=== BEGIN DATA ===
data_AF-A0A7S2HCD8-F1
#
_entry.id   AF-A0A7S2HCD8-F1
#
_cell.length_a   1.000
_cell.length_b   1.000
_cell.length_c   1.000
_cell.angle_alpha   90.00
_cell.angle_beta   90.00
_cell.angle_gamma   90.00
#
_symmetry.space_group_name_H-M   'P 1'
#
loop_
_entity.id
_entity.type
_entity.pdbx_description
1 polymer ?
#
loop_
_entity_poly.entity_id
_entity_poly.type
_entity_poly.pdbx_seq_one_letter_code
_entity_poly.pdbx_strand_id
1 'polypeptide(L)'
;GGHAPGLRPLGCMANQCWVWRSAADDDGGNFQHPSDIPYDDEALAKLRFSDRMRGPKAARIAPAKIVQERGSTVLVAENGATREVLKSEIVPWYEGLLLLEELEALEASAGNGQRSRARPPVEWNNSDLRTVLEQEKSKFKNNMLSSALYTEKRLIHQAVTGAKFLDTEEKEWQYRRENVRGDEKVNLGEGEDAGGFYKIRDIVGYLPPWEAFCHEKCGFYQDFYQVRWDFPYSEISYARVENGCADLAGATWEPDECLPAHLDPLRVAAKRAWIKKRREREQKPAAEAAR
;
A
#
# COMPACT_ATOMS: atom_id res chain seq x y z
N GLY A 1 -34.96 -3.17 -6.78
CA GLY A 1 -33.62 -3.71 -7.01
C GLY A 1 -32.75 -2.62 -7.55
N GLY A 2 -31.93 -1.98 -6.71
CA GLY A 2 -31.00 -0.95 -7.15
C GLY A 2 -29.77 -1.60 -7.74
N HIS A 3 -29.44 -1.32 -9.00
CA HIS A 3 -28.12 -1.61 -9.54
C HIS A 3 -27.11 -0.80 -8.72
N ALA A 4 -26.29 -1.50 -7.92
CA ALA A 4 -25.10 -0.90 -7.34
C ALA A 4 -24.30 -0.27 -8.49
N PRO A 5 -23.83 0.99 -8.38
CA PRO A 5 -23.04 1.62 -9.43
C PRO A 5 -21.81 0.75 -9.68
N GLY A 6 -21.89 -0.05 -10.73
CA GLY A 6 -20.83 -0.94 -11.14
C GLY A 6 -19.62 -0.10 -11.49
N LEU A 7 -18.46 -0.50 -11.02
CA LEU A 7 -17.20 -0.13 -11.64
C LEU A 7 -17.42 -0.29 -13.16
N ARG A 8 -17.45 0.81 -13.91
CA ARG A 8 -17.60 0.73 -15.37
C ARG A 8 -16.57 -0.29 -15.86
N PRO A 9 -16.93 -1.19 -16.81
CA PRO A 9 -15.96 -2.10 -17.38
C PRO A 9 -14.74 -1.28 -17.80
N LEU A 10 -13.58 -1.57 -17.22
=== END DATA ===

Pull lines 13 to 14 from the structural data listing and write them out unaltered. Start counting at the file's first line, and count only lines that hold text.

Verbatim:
#
loop_